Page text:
Radiating Hope: Radiology Department Blog


Cincinnati Children’s First Hospital In OH To Use Low Dose Imaging System

Cincinnati Children’s First Hospital In OH To Use Low Dose Imaging System

Cincinnati Children’s Radiology Department is proud to introduce the EOS: Low Dose Imaging System. The EOS Imaging System, now available at the hospital, is an innovative new two-dimensional (2D) or three-dimensional (3D) method that uses low-radiation dose technology to evaluate children with spine, hip and lower limb disorders. Cincinnati Children’s is the first hospital in the state of Ohio to have this new technology, and one of only 70 or so hospitals worldwide. This exciting advancement in imaging is truly cutting edge and will certainly change the outcome for your child.


The whole EOS process is very simple. Your child steps up into the open box scanner and remains standing for the imaging. There is a handlebar for stabilization and, as always, any additional caregivers are given a lead apron for protection to allow them to stay in the exam room safely. While standing upright in his or her natural position, your child can have images taken in two angles at the same time. It is important that your child hold still for about 3-15 seconds for the imaging to take place. If your child can stand still for this short period of time, then images that extend from the neck to the ankles can be captured simultaneously from the front and side. Finally, after all the pictures are taken, 3D models can be made from the images and measurements of spine curves or leg lengths can be computer-generated.

One of the major benefits of EOS is that since your child is in weight-bearing position, your physician can use the images to evaluate your child’s posture and balance. They can be used to make a treatment plan and to follow your child’s progress over time in addition to providing information that might be needed to plan a surgery.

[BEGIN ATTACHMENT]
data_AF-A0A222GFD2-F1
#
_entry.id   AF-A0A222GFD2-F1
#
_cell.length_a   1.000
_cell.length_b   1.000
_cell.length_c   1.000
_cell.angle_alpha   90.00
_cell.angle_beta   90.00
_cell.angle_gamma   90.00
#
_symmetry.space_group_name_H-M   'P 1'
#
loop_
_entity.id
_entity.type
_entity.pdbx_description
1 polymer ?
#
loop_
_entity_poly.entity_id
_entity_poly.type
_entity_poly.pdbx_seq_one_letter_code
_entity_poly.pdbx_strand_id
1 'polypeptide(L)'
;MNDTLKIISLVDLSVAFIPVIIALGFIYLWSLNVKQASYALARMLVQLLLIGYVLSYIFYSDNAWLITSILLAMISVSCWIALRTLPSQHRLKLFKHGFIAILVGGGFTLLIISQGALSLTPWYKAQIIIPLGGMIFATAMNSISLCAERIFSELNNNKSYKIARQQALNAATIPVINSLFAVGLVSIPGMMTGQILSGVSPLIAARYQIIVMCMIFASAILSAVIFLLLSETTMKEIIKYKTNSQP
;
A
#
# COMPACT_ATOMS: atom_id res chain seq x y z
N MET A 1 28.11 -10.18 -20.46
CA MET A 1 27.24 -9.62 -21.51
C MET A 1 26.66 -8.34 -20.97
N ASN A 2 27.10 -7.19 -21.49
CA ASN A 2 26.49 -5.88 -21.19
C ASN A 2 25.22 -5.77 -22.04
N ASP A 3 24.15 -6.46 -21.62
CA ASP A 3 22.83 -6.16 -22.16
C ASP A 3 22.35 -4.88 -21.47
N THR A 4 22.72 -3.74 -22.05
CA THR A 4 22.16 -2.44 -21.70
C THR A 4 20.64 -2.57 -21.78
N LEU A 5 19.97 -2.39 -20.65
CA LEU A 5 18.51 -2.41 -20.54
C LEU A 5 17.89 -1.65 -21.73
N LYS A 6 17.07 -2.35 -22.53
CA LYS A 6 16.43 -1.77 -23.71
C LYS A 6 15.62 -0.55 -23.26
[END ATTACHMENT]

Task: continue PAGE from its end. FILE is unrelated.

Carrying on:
Safety is always the radiology department’s highest priority, and with this new EOS technology, there are many safety benefits. Because long-term radiation exposure is constantly a concern, this low-dose technique is particularly helpful for children who might need frequent imaging assessments, like those who need to have their scoliosis curves followed. The EOS x-ray scanner uses less radiation than conventional x-rays and CT’s but cannot completely replace conventional x-rays because it is not suitable for observing individual bones.

As Cincinnati Children’s continually strives to offer the highest quality imaging studies with the lowest possible radiation dose, the EOS system offers one more method to help your physician take the best care of your child.

Contributed by Dr. Tal Laor, Susan Smith (RT), Terri Conely (RT), Julie Boesch (RT) and edited by Tony Dandino (RT).

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About the author: Tony Dandino

Tony is an MRI Technologist at Cincinnati Children’s. Tony has been in his role for several years and serves as a Charge Tech, Quality Improvement Coach and Safety Coach for the MRI department. Tony has always known he wanted to work with children and in the medical field. Working at Cincinnati Children's has been the best of both worlds. Every day is something new and Tony can never wait to start the next adventure.